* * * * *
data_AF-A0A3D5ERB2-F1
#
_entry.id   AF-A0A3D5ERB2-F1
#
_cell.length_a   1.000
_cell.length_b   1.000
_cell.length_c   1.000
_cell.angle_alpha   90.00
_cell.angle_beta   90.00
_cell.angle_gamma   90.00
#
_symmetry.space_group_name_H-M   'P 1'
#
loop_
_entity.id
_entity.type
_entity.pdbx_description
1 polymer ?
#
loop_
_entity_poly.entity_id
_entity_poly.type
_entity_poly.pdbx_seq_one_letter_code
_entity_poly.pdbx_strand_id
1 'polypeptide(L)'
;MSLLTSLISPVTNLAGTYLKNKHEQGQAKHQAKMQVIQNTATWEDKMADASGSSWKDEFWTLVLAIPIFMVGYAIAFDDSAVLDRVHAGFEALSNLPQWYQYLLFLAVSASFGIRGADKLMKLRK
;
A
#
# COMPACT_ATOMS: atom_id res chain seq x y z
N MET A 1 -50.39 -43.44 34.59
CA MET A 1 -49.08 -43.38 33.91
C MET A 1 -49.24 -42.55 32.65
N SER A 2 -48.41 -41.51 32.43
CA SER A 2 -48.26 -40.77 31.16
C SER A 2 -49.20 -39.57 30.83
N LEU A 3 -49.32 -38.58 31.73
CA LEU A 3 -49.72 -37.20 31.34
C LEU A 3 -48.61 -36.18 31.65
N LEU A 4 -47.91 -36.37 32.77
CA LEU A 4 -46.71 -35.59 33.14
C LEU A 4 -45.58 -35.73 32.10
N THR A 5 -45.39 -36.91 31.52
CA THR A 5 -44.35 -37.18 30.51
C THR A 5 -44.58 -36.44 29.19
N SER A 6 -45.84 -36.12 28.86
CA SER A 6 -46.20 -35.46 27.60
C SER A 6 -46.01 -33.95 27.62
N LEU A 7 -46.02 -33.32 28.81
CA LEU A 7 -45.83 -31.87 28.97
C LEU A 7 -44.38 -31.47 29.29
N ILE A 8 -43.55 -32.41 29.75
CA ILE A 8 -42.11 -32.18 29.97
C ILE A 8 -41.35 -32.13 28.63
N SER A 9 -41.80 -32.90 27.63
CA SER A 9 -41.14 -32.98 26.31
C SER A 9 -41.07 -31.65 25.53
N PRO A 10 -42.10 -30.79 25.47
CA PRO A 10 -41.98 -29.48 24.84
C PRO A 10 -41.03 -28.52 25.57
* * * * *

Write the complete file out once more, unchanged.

data_AF-A0A3D5ERB2-F1
#
_entry.id   AF-A0A3D5ERB2-F1
#
_cell.length_a   1.000
_cell.length_b   1.000
_cell.length_c   1.000
_cell.angle_alpha   90.00
_cell.angle_beta   90.00
_cell.angle_gamma   90.00
#
_symmetry.space_group_name_H-M   'P 1'
#
loop_
_entity.id
_entity.type
_entity.pdbx_description
1 polymer ?
#
loop_
_entity_poly.entity_id
_entity_poly.type
_entity_poly.pdbx_seq_one_letter_code
_entity_poly.pdbx_strand_id
1 'polypeptide(L)'
;MSLLTSLISPVTNLAGTYLKNKHEQGQAKHQAKMQVIQNTATWEDKMADASGSSWKDEFWTLVLAIPIFMVGYAIAFDDSAVLDRVHAGFEALSNLPQWYQYLLFLAVSASFGIRGADKLMKLRK
;
A
#
# COMPACT_ATOMS: atom_id res chain seq x y z
N MET A 1 -50.39 -43.44 34.59
CA MET A 1 -49.08 -43.38 33.91
C MET A 1 -49.24 -42.55 32.65
N SER A 2 -48.41 -41.51 32.43
CA SER A 2 -48.26 -40.77 31.16
C SER A 2 -49.20 -39.57 30.83
N LEU A 3 -49.32 -38.58 31.73
CA LEU A 3 -49.72 -37.20 31.34
C LEU A 3 -48.61 -36.18 31.65
N LEU A 4 -47.91 -36.37 32.77
CA LEU A 4 -46.71 -35.59 33.14
C LEU A 4 -45.58 -35.73 32.10
N THR A 5 -45.39 -36.91 31.52
CA THR A 5 -44.35 -37.18 30.51
C THR A 5 -44.58 -36.44 29.19
N SER A 6 -45.84 -36.12 28.86
CA SER A 6 -46.20 -35.46 27.60
C SER A 6 -46.01 -33.95 27.62
N LEU A 7 -46.02 -33.32 28.81
CA LEU A 7 -45.83 -31.87 28.97
C LEU A 7 -44.38 -31.47 29.29
N ILE A 8 -43.55 -32.41 29.75
CA ILE A 8 -42.11 -32.18 29.97
C ILE A 8 -41.35 -32.13 28.63
N SER A 9 -41.80 -32.90 27.63
CA SER A 9 -41.14 -32.98 26.31
C SER A 9 -41.07 -31.65 25.53
N PRO A 10 -42.10 -30.79 25.47
CA PRO A 10 -41.98 -29.48 24.84
C PRO A 10 -41.03 -28.52 25.57